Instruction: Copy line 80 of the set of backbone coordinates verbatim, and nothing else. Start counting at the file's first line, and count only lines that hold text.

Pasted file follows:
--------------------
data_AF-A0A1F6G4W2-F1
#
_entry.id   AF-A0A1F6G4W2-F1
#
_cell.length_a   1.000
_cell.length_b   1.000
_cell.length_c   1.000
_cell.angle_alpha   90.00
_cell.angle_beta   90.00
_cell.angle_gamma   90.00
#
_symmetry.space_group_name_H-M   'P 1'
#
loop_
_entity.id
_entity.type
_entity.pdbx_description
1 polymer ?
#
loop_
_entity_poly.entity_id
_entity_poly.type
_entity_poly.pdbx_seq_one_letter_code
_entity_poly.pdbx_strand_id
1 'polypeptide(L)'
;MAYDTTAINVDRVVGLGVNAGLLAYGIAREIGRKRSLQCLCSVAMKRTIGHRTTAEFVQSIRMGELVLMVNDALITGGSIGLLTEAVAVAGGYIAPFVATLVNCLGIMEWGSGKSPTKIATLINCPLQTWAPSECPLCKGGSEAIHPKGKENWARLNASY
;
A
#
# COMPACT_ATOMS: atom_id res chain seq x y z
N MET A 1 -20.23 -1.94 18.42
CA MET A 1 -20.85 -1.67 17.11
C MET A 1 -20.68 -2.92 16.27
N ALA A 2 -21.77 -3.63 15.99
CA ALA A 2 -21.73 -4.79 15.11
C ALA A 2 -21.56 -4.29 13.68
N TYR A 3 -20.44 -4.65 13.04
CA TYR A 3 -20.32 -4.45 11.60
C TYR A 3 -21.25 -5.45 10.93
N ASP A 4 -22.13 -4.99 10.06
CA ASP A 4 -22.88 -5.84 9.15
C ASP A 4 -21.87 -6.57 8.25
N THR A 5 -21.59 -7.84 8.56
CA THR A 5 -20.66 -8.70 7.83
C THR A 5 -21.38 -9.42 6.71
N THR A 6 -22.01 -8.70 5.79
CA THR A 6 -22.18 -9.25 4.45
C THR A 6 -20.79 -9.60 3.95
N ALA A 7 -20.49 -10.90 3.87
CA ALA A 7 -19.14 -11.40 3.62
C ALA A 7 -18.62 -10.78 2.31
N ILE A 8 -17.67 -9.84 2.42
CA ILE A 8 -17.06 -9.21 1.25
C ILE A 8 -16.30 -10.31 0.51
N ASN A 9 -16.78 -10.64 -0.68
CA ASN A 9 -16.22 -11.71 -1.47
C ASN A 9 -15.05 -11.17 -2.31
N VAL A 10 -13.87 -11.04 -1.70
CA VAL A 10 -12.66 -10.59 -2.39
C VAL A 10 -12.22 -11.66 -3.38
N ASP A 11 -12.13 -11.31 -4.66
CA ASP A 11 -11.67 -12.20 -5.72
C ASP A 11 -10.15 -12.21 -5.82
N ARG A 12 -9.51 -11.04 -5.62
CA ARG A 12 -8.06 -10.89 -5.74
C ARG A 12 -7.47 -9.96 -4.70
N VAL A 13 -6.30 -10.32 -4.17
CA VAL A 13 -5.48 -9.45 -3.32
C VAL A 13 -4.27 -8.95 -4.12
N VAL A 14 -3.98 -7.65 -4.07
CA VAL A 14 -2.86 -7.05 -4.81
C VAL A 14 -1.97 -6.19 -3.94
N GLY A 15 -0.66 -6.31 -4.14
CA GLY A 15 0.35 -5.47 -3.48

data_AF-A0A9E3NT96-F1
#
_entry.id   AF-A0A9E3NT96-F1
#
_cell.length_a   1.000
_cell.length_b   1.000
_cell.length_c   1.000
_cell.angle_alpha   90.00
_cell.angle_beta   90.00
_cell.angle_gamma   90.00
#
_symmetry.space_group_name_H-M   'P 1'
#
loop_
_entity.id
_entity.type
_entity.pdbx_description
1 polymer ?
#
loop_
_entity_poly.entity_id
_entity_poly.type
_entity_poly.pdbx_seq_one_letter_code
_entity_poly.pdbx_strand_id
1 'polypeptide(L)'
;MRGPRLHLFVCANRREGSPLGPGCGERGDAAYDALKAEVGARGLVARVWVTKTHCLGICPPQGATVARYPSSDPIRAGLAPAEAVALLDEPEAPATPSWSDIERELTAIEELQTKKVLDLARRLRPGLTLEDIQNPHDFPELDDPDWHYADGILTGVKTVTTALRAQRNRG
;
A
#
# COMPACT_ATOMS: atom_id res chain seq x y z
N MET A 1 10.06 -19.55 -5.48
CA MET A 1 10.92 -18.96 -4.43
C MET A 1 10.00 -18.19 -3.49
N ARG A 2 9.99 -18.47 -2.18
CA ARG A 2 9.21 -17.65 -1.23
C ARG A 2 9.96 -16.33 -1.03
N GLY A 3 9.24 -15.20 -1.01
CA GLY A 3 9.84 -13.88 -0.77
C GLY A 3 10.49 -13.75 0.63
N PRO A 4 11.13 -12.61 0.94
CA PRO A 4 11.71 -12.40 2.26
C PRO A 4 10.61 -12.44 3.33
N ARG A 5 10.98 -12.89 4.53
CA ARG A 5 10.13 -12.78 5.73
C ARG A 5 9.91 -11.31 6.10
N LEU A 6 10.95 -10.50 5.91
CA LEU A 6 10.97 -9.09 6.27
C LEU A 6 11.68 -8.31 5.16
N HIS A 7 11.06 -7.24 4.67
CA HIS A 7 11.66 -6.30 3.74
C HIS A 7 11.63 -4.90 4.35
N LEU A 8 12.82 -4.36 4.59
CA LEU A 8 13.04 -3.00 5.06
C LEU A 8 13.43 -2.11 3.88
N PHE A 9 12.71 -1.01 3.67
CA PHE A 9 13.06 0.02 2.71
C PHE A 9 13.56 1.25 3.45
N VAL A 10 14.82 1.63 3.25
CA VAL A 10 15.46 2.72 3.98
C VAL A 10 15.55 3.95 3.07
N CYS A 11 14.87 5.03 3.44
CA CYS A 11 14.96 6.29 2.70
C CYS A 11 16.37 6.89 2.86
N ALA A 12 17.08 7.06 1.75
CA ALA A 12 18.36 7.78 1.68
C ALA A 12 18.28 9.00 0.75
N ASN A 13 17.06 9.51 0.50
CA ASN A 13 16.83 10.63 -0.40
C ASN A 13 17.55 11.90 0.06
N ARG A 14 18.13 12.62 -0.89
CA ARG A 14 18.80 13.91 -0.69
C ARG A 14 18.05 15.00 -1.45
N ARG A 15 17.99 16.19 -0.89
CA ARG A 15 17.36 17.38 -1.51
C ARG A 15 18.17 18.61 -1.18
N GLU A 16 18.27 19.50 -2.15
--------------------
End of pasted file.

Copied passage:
_cell.length_b   1.000